Does my Vehicle have a DPF?
In 2009 the “Euro 5” emissions standard was introduced by the European Union. To meet the emission requirements a DPF was necessary for diesel engines. Many manufacturers introduced the DPF in anticipation for the “Euro 5” requirement so DPF’s can be found on many diesel cars from 2006 onwards.
The DPF filters pollutants through small fibres within the housing. When the DPF is full it goes through a cleaning phase known as “Regeneration”. The vehicles computer determines when to regenerate the DPF based on the amount of soot / particulate matter in the filter.
The engine computer will raise exhaust temperature by altering engine timing and fuel injection quantity. This raises the temperature in the DPF to circa 650c and burns the trapped soot/particulate matter to ash.
My DPF Warning Light is on?
This is indicating your DPF is full and the engine computer was not able to complete the regeneration. At this point you should bring the vehicle for a long drive (40-60 minutes) on a motorway. For regeneration to occur the vehicle needs to reach a combination of predetermined engine rpm, engine temperature and vehicle speed. If the DPF warning light does not go out or is accompanied by an Engine Management Light, bring the vehicle to your nearest main dealer immediately. If you drive a LeasePlan vehicle you’re in luck! Contact us and we will look after the booking.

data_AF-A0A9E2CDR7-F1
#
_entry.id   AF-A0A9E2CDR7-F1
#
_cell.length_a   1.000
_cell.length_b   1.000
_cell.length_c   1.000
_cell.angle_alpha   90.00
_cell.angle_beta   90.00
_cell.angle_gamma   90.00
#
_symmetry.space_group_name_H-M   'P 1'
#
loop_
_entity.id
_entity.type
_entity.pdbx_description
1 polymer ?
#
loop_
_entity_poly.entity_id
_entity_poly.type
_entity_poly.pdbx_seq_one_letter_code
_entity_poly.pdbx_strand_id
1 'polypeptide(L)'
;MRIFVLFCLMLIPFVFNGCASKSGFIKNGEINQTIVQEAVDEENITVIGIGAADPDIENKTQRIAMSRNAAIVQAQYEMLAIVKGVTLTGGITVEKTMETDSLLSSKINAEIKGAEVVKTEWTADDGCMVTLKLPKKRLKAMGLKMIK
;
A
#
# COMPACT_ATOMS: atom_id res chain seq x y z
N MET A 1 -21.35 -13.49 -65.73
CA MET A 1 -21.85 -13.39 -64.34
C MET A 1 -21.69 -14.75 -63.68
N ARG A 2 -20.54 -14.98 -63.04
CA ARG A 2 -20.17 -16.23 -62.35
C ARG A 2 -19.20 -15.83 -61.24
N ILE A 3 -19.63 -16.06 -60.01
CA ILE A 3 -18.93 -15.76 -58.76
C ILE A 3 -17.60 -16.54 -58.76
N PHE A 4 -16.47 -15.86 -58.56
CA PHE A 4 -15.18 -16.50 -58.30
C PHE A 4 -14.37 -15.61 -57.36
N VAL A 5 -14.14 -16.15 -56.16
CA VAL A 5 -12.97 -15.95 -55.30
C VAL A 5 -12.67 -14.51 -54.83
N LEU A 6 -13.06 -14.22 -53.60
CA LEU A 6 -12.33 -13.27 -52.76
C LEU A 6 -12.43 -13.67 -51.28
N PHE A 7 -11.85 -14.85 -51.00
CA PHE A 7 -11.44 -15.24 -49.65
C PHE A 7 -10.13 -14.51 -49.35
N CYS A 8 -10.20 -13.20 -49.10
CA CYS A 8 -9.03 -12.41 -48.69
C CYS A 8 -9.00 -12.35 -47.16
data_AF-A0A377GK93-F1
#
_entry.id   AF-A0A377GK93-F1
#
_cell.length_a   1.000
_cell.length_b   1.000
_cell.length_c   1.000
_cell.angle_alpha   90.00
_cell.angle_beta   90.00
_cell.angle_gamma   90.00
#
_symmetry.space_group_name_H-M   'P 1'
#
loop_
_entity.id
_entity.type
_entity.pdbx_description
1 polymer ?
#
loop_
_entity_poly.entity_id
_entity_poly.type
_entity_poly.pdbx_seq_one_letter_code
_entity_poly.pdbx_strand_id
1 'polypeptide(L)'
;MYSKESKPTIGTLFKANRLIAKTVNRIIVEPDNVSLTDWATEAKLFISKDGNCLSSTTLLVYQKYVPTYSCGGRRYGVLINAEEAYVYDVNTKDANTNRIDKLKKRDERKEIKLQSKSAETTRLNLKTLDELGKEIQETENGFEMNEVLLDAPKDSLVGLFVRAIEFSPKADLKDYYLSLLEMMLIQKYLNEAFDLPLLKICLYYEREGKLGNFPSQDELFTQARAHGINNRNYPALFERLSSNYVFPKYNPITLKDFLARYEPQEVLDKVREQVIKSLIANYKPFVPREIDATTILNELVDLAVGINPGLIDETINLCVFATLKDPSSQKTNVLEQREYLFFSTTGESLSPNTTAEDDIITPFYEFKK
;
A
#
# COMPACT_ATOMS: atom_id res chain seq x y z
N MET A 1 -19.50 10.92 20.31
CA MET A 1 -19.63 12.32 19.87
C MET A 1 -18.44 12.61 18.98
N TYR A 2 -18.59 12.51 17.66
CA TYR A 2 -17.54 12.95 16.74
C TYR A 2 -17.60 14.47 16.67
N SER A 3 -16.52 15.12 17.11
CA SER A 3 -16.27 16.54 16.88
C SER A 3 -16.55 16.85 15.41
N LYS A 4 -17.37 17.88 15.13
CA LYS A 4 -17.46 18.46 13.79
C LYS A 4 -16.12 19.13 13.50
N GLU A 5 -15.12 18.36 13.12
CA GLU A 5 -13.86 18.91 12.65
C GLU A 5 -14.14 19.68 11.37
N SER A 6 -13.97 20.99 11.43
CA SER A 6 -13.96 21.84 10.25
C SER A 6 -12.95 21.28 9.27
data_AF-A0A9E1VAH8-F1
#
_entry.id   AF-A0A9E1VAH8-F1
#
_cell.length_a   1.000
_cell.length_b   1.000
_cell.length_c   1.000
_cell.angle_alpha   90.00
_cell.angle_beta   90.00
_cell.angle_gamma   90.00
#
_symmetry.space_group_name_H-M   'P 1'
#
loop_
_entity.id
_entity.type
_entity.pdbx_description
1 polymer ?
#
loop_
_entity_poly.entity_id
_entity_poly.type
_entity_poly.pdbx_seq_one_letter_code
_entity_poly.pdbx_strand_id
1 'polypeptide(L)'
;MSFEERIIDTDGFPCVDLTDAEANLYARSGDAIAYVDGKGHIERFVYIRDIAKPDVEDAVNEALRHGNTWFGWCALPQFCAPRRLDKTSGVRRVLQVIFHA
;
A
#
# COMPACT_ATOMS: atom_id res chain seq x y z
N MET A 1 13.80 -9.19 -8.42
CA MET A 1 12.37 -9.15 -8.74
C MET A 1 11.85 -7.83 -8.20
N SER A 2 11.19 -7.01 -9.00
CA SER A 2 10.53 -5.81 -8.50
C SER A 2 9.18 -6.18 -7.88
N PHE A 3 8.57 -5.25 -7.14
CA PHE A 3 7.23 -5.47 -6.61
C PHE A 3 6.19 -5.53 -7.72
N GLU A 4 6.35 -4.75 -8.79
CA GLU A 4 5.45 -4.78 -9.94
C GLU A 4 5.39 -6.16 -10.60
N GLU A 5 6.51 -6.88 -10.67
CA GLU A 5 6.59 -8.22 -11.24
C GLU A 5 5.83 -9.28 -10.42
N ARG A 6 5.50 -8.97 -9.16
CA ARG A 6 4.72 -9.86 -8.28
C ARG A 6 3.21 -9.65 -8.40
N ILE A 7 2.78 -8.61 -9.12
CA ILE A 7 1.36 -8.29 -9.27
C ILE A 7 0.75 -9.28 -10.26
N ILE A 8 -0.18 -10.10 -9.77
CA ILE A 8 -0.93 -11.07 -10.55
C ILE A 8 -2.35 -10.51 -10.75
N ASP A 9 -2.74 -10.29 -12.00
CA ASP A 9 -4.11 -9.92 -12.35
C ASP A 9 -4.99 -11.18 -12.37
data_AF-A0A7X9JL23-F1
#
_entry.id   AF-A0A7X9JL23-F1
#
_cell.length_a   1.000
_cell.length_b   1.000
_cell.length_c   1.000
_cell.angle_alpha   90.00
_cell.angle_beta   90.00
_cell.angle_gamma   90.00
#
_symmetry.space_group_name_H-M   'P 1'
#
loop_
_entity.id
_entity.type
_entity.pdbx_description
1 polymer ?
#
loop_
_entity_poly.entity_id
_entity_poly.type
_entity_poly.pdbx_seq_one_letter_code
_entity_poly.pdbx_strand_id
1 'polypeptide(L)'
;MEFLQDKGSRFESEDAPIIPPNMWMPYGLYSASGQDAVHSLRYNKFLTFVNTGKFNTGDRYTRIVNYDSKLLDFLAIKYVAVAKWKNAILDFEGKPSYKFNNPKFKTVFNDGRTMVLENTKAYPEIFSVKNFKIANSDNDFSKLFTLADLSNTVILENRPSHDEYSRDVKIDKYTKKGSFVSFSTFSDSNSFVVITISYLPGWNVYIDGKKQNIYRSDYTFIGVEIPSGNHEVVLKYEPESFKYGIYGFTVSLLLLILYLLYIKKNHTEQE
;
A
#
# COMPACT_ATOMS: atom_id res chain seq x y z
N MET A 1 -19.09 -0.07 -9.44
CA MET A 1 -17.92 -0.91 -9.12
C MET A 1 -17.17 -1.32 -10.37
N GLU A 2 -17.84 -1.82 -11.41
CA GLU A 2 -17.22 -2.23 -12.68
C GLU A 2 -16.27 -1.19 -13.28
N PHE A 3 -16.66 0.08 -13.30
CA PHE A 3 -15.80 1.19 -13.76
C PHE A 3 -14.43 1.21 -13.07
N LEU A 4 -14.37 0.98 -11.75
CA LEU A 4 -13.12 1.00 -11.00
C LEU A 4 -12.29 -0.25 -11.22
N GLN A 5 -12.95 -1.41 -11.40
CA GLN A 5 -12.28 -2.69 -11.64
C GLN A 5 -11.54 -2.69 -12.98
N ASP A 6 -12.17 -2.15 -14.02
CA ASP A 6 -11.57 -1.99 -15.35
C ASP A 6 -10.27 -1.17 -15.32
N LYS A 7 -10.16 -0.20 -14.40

Why are DPF’s so Expensive?
The inner components of a DPF are expensive to manufacture as the soot / particulate they filter are so small. The matrix which catches the pollutants is also made from exotic materials such as porous ceramics and silicon carbide. It’s not uncommon for a DPF to cost €1500 for the part alone excluding the labour for fitment.